51. COMMON SWEETGUM
The Common Sweetgum is a distinctive, showy tree in all 4 seasons. In Winter, you may notice the branching habit and symmetry, and either overhead or underfoot you will encounter the "gumballs" of the Sweetgum. They are the dry, hard, and spiked fruit of the Sweetgum.
EARLY SPRING, BUDS
When Spring is right around the corner you will notice the winter buds (right) suddenly begin to change color and swell (left). This is the first sign of new growth on the Sweetgum each year. Some spiky "gumballs" are still on the tree from the previous summer (left).
Common Sweetgum is a monecious tree (M/F flowers on the same tree) and flower buds open at the same time the leaf buds do. This light green color is both emerging new leaves and the flowers.
There are 3 different male flowers (left). A close-up of the flower (right). The male flowers release large amounts of pollen in the Spring, and then drop off the tree. Pollen dispersion is primarily by wind.
The female flowers of Common Sweetgum are a little harder to pick out - they are green, round flowers that when pollinated will become the spiked fruit the Sweetgum is known for.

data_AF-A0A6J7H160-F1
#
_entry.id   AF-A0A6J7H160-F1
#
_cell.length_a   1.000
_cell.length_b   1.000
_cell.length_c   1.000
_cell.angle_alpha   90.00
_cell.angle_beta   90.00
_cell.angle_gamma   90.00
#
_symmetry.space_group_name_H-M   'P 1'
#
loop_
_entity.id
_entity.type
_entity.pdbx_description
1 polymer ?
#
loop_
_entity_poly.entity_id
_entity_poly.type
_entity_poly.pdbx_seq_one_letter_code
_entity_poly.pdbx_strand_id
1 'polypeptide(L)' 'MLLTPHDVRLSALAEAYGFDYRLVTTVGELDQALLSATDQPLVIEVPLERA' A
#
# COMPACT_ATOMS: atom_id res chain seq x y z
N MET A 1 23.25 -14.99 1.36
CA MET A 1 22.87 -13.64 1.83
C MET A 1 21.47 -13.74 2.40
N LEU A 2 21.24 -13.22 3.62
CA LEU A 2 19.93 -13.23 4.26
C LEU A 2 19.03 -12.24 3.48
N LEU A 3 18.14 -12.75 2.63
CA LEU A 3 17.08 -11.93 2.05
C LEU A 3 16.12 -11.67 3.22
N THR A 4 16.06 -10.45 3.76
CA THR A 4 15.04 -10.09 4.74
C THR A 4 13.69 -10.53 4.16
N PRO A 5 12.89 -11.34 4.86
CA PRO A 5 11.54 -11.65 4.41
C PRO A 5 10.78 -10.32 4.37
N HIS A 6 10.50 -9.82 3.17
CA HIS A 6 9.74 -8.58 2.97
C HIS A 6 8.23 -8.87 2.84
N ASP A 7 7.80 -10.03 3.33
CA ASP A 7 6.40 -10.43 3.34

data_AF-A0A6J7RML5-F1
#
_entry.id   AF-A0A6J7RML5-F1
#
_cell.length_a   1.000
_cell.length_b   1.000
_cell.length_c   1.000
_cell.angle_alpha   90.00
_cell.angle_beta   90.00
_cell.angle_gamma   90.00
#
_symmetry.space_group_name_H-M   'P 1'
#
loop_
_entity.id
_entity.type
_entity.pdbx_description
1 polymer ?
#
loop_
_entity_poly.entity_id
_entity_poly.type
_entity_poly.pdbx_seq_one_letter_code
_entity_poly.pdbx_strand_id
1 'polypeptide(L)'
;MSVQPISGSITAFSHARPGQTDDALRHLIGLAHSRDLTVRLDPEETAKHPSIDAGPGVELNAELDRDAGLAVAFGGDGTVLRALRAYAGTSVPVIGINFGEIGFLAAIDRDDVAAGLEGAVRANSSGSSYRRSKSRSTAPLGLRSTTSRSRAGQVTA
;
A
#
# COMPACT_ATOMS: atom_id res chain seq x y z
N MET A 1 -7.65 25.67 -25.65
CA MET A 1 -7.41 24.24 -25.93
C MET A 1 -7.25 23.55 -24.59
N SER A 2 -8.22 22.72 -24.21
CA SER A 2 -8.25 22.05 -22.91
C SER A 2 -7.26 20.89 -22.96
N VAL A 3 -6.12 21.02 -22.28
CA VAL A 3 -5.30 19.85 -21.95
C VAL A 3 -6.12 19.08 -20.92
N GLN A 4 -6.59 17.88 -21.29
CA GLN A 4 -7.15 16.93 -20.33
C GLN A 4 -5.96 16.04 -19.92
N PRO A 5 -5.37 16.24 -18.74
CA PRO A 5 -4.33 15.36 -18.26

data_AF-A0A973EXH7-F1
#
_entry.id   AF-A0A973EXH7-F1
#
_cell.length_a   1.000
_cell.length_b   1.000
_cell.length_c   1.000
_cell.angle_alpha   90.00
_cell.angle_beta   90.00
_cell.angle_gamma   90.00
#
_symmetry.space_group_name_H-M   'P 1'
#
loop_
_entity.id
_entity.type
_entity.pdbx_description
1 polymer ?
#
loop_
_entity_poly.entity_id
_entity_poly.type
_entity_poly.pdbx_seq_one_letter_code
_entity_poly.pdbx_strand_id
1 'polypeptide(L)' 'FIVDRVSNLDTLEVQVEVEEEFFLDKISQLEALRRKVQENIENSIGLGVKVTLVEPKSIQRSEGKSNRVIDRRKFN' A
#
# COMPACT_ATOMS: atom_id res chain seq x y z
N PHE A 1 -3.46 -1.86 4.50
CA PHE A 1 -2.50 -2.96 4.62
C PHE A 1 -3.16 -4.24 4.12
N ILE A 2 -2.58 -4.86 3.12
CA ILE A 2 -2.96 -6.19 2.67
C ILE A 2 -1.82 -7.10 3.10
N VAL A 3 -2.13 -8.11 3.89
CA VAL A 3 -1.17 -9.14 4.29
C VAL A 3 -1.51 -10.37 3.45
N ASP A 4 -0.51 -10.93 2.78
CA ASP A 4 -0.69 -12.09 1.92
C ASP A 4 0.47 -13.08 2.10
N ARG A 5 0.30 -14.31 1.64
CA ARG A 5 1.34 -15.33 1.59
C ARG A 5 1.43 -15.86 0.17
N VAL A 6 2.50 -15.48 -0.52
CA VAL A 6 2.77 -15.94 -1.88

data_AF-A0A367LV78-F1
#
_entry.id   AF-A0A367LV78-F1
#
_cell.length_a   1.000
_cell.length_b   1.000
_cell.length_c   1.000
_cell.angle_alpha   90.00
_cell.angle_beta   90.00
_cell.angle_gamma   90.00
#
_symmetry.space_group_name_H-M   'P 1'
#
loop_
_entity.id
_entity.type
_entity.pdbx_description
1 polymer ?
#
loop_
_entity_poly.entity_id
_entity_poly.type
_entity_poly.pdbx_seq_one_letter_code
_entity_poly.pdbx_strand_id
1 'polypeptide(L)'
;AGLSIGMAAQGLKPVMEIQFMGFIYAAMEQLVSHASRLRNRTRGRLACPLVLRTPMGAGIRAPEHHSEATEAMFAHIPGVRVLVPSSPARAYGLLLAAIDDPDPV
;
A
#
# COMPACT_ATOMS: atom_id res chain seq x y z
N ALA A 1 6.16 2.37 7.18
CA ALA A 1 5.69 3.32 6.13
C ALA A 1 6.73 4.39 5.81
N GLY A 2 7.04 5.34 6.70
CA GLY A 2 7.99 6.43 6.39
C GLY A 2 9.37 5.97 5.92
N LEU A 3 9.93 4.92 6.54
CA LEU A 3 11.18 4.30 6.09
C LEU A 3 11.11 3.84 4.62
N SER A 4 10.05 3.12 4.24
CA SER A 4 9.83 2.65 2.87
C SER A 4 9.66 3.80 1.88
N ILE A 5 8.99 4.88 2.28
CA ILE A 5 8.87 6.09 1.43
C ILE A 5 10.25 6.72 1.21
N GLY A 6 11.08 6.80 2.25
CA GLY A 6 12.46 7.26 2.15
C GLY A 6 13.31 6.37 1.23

After the flowering season, Common Sweetgum gains it summer foliage. The leaves of Sweetgum are star-shaped and unique - easy to ID. Nestled inside the leaves are...
SPIKED FRUIT, "GUMBALL"
Here you see the spiked fruit in Summer (left) and then six months later in Winter. Common Sweetgum does produce a sweet, sticky gum if the bark is cut or injured, and Native Americans did use it as chewing gum. But the spiked fruit is neither sweet or chewy. It breaks up and disperses seeds over a long period of time, and you will often notice them on the ground surrounding Sweetgum trees.
FALL FOLIAGE RAINBOW
One of the most variable and striking of Westmoor's fall trees, the Common Sweetgum often has different colored leaves on the tree at the same time, and can display a rainbow's worth of leaf color in a single fall season.